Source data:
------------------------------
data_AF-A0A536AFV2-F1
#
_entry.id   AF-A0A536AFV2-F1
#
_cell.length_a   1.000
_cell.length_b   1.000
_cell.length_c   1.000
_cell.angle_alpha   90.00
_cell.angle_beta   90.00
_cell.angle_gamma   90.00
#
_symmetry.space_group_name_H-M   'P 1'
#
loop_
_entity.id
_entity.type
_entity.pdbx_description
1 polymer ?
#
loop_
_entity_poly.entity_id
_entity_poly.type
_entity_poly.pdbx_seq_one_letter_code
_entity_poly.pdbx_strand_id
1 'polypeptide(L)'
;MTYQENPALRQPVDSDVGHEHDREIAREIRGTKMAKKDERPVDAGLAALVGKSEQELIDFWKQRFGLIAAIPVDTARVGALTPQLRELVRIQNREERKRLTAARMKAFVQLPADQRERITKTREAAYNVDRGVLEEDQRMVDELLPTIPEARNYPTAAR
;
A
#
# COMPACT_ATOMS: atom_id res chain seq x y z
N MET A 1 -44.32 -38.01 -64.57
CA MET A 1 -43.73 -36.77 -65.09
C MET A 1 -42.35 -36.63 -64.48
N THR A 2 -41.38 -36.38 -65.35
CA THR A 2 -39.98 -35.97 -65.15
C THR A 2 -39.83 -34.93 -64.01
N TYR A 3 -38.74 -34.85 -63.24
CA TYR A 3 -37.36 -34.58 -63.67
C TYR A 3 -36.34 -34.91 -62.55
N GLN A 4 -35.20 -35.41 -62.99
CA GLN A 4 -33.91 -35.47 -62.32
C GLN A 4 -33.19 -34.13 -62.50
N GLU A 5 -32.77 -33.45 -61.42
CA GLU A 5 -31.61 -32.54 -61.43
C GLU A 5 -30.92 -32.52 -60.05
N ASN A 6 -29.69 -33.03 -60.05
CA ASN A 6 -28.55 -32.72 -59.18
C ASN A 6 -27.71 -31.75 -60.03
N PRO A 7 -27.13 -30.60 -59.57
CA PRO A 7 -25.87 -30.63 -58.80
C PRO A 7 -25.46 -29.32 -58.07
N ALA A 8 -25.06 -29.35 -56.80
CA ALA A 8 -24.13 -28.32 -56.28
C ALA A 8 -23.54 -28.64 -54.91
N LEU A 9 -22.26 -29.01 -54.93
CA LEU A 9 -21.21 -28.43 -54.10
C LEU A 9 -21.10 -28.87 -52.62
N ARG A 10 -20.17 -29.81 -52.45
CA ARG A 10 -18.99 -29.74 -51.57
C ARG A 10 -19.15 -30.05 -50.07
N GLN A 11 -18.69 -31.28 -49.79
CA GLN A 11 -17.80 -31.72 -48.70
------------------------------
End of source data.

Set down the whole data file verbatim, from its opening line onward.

data_AF-A0A536AFV2-F1
#
_entry.id   AF-A0A536AFV2-F1
#
_cell.length_a   1.000
_cell.length_b   1.000
_cell.length_c   1.000
_cell.angle_alpha   90.00
_cell.angle_beta   90.00
_cell.angle_gamma   90.00
#
_symmetry.space_group_name_H-M   'P 1'
#
loop_
_entity.id
_entity.type
_entity.pdbx_description
1 polymer ?
#
loop_
_entity_poly.entity_id
_entity_poly.type
_entity_poly.pdbx_seq_one_letter_code
_entity_poly.pdbx_strand_id
1 'polypeptide(L)'
;MTYQENPALRQPVDSDVGHEHDREIAREIRGTKMAKKDERPVDAGLAALVGKSEQELIDFWKQRFGLIAAIPVDTARVGALTPQLRELVRIQNREERKRLTAARMKAFVQLPADQRERITKTREAAYNVDRGVLEEDQRMVDELLPTIPEARNYPTAAR
;
A
#
# COMPACT_ATOMS: atom_id res chain seq x y z
N MET A 1 -44.32 -38.01 -64.57
CA MET A 1 -43.73 -36.77 -65.09
C MET A 1 -42.35 -36.63 -64.48
N THR A 2 -41.38 -36.38 -65.35
CA THR A 2 -39.98 -35.97 -65.15
C THR A 2 -39.83 -34.93 -64.01
N TYR A 3 -38.74 -34.85 -63.24
CA TYR A 3 -37.36 -34.58 -63.67
C TYR A 3 -36.34 -34.91 -62.55
N GLN A 4 -35.20 -35.41 -62.99
CA GLN A 4 -33.91 -35.47 -62.32
C GLN A 4 -33.19 -34.13 -62.50
N GLU A 5 -32.77 -33.45 -61.42
CA GLU A 5 -31.61 -32.54 -61.43
C GLU A 5 -30.92 -32.52 -60.05
N ASN A 6 -29.69 -33.03 -60.05
CA ASN A 6 -28.55 -32.72 -59.18
C ASN A 6 -27.71 -31.75 -60.03
N PRO A 7 -27.13 -30.60 -59.57
CA PRO A 7 -25.87 -30.63 -58.80
C PRO A 7 -25.46 -29.32 -58.07
N ALA A 8 -25.06 -29.35 -56.80
CA ALA A 8 -24.13 -28.32 -56.28
C ALA A 8 -23.54 -28.64 -54.91
N LEU A 9 -22.26 -29.01 -54.93
CA LEU A 9 -21.21 -28.43 -54.10
C LEU A 9 -21.10 -28.87 -52.62
N ARG A 10 -20.17 -29.81 -52.45
CA ARG A 10 -18.99 -29.74 -51.57
C ARG A 10 -19.15 -30.05 -50.07
N GLN A 11 -18.69 -31.28 -49.79
CA GLN A 11 -17.80 -31.72 -48.70